Further work is occurring on my quest to reassemble the Redtail without spending significant dollars and simultaneously lightening it up a bit in the hopes of improved flying traits.
The latest is around the port side (that’s left if you were to sit in the cockpit of the P-51 facing forward) main landing gear mounting area and wheel well. That area took significant damage during the abrupt meeting between the retracts and beans at about 35mph! Yep, that is about stall speed… or at least is was that day.
Here is a sequence of pictures showing the progress. Most of this was simply measuring, cutting, fitting and a fair injection of TLAR engineering methods to try to get something put back together that will stand the strain. TLAR… you know… “That Looks About Right”!
After cutting out the sheeting and getting rid of the various splinters and unidentifiable fragments here is what I was left with.
I cut away even a bit more before adding back a bit of structure… Rebuilding the rails so that the screws have something solid to bite into required some temporary bracing…
Then I started building the actual rail structure and piecing them together with an eye toward making sure there was some interlock to help add some strength. This rail notches into the rib and creates a lip for the rear rail to rest on.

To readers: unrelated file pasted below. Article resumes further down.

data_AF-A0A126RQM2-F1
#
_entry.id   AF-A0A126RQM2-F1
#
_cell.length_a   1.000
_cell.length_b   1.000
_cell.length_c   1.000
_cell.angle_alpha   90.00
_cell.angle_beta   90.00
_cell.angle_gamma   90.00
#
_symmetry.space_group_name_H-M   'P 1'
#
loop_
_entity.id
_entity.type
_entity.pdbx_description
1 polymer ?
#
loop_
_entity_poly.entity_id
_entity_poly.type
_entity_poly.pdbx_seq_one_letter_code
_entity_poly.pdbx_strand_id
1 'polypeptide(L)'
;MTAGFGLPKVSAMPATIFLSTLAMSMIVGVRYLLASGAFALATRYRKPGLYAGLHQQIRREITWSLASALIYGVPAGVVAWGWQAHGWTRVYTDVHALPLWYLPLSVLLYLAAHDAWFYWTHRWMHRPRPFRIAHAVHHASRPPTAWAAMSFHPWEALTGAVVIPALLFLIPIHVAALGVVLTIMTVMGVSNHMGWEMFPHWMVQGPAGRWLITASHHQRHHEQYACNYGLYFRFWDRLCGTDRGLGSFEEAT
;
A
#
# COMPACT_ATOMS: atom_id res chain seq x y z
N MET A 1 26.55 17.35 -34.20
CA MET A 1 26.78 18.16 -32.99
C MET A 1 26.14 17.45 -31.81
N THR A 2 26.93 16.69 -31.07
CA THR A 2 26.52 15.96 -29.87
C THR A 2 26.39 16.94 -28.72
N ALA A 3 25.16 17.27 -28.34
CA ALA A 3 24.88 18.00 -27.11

Here, all the rails are in place and all of the mounting screws have been drilled and put in place… lots of advanced TLAR to get the placement right (I hope).
Then came the puzzle of re-sheeting around the fiberglass wheel wells. I cut the existing sheeting back to expose a bit of the top of the spar and then pressed the sheeting down over the fiberglass to give me a cut line. This created shapes like this ones.
Then I added some small “railing” to catch the sheeting and give me some glue surface for the larger span of this piece of sheeting. There was also some reinforcing and rebuilding of the ribs that contact the wheel well that had to be done.
Here are the pieces going into place.
And the final bits of woodwork are glued in.
From here is will just be some recovering work, though I have considered adding a bit of light fiberglass reinforcing underneath the landing gear mount area… We’ll see.
Next up is finishing up the covering and the last of the repair work on the fuselage.